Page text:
Characterization of copper in uterine fluids of patients who use the copper T-380A intrauterine device
ABSTRACT The copper intrauterine device (IUD) is a highly effective method of contraception that requires the dissolution of the copper into uterine cavity. However, there is little information about the amount and form of copper in the fluid and whether the presence of this element produces any change in the protein concentration.
Twenty-seven women were divided into three groups that had used IUD for about 6 months, 1 year and > or =3 years. The samples were collected during the proliferative phase (Pp), secretory phase (Sp) and menstruation (M). Square-wave anodic stripping voltammetry (SWASV), cyclic voltammetry (CV), high performance liquid chromatography (HPLC) and atomic absorption spectrometry (AAS) were used in this study.
Total copper concentrations were between 3.9 and 19.1 micro g/ml. The mean and standard deviations were as follows: 6 months, 11.4+/-4.7 micro g/ml of copper; 1 year, 11.5+/-7.0 micro g/ml of copper; and 3 years, 6.2+/-1.5 micro g/ml of copper. Total proteins were quantified by measuring the area under the chromatographic peaks. The mean areas obtained with uterine fluid samples from women who used IUDs for 6 months, 1 year and 3 years were 290,013, 538,934 and 201,863 arbitrary units (AU), respectively. The control sample was only 22323.
The amount of copper released from IUD, although high, is in the form of complexes with proteins. IUDs have a constant copper release for at least 6-12 months. Copper(I) was not detected in the fluid. Copper induces a change in the total protein concentration. The amount of copper released and the amount of proteins is slightly larger during the menstrual stage.
SourceAvailable from: Natalia Soledad Fagali[Show abstract] [Hide abstract]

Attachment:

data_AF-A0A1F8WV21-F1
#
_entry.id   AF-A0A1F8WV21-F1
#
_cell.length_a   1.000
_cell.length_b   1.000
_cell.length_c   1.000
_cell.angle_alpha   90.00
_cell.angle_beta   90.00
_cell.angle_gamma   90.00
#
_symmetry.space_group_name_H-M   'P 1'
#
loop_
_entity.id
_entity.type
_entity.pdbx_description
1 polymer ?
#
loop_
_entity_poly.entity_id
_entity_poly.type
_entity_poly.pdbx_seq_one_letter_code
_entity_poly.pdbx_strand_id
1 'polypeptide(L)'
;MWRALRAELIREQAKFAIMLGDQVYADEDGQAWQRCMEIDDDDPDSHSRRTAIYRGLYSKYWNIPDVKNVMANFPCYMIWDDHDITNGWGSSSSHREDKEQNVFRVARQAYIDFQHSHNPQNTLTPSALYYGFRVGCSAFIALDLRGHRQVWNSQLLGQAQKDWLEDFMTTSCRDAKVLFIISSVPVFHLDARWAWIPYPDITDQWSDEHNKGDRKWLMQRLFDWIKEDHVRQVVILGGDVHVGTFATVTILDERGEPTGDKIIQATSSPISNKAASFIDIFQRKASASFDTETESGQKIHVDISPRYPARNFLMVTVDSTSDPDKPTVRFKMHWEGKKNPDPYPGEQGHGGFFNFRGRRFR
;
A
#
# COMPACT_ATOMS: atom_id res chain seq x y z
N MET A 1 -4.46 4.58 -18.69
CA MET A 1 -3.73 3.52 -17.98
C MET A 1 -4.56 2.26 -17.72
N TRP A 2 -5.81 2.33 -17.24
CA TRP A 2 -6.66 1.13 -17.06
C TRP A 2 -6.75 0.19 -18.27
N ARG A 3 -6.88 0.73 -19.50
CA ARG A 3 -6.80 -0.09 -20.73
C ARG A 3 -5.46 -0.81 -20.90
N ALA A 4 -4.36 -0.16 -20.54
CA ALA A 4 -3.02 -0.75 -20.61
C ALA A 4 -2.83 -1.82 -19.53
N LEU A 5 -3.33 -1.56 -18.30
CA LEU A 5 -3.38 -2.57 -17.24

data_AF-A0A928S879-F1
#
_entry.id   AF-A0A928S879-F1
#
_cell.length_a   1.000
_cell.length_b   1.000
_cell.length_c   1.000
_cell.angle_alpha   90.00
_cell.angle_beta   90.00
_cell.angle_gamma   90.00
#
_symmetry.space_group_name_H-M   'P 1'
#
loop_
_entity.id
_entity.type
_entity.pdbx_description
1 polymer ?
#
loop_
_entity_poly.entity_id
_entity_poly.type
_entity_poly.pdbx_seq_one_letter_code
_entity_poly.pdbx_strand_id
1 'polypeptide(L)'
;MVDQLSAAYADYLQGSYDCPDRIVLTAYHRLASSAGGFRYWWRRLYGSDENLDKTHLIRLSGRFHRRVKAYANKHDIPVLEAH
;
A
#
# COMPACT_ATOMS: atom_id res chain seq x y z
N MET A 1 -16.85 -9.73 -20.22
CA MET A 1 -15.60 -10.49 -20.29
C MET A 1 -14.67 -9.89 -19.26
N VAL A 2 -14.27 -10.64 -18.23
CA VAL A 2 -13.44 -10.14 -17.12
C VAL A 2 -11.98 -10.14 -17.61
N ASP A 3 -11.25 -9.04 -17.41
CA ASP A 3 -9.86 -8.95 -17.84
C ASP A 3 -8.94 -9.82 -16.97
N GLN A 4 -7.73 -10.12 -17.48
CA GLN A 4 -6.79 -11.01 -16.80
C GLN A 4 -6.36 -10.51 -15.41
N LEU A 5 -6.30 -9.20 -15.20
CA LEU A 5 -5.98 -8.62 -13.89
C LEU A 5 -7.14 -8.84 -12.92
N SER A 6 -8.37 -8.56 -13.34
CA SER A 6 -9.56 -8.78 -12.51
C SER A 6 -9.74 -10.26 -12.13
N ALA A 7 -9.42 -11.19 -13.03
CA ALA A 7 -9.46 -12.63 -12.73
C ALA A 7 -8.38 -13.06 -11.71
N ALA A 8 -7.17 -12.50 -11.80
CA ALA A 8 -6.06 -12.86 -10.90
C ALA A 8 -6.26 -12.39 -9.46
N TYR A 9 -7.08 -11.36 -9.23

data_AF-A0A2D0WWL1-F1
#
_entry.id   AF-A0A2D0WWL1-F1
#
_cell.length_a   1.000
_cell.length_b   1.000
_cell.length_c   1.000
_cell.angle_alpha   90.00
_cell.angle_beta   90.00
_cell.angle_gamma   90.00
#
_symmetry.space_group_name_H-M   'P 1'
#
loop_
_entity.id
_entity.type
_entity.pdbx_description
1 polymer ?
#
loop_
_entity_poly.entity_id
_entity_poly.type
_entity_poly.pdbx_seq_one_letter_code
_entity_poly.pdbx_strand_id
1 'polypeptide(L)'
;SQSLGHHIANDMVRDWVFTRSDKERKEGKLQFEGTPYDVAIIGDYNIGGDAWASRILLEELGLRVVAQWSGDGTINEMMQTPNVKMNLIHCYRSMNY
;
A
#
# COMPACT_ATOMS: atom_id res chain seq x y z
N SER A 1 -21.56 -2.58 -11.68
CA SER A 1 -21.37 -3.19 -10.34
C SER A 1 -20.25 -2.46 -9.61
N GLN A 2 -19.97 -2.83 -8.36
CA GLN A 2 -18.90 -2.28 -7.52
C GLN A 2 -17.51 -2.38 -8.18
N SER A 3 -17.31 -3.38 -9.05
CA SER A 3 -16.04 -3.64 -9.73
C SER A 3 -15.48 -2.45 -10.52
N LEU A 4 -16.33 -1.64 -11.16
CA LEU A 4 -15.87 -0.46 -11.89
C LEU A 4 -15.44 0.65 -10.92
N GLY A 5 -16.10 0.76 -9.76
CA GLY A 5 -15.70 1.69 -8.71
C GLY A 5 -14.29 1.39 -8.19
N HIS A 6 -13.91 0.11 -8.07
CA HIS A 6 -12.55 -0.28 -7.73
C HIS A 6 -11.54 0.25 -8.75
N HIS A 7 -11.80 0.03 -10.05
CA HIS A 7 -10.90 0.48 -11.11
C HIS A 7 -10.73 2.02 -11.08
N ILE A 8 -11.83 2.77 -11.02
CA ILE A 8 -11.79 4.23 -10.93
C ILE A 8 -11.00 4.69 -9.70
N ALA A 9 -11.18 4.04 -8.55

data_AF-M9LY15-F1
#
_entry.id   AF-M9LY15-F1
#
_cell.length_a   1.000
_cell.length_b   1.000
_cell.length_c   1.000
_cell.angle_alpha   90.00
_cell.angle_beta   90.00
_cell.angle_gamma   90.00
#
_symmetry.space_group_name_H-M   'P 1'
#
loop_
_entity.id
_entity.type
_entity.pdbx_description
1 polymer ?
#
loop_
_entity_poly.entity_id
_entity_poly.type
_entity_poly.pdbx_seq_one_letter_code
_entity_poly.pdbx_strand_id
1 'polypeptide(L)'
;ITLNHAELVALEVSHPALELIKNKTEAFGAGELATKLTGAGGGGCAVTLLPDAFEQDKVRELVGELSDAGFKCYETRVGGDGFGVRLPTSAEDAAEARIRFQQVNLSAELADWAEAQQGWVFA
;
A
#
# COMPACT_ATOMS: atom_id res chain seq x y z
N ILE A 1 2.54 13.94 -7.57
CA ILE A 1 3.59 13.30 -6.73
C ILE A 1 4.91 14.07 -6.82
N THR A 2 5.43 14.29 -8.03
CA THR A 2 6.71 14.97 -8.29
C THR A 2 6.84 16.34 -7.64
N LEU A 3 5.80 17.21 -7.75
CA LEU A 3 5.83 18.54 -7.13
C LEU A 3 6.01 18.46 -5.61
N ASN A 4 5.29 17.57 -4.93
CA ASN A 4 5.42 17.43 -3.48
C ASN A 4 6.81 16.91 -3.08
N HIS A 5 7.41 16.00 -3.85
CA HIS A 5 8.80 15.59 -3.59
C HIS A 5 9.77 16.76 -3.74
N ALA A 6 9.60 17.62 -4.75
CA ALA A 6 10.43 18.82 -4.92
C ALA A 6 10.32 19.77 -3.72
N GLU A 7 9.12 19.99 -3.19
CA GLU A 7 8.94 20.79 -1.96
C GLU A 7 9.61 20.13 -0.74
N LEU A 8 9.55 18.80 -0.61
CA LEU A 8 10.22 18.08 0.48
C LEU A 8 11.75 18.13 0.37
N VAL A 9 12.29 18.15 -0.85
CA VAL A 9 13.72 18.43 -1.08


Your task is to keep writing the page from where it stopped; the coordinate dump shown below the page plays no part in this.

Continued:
ABSTRACT: Some specific clinical problems, particularly those related to orthopedic trauma and some cardiovascular diseases need only temporary support for healing. This support can be provided by biodegradable metallic materials such as, Fe-, Mg- based alloys that avoid some of the side effects of traditional biomaterials. They are expected to support the healing process of a diseased tissue or organ with slowly degrading after fulfilling their function. However, the excess of metal ions may catalyze the formation of reactive oxygen and nitrogen species (ROS and RNS). An increase in the intracellular levels of free metal ions affects the normal balance ROS-antioxidant. ROS could cause lipid peroxidation with changes in the composition and fluidity of cell membrane and alterations in other macromolecules as proteins and DNA. Considering that the concentration of metal ions can reach high values in the biomaterial-tissue interface inducing ROS generation it is important to evaluate the possible adverse effects of the degradation products of biodegradable biomaterials.Reactive oxygen species, lipid peroxidation and protein oxidation, 01/2014: chapter Biodegradation of metallic biomaterials: its relation with the generation of reactive oxygen species: pages 127-140; Nova Science Publishers., ISBN: 978-1-63321-886-4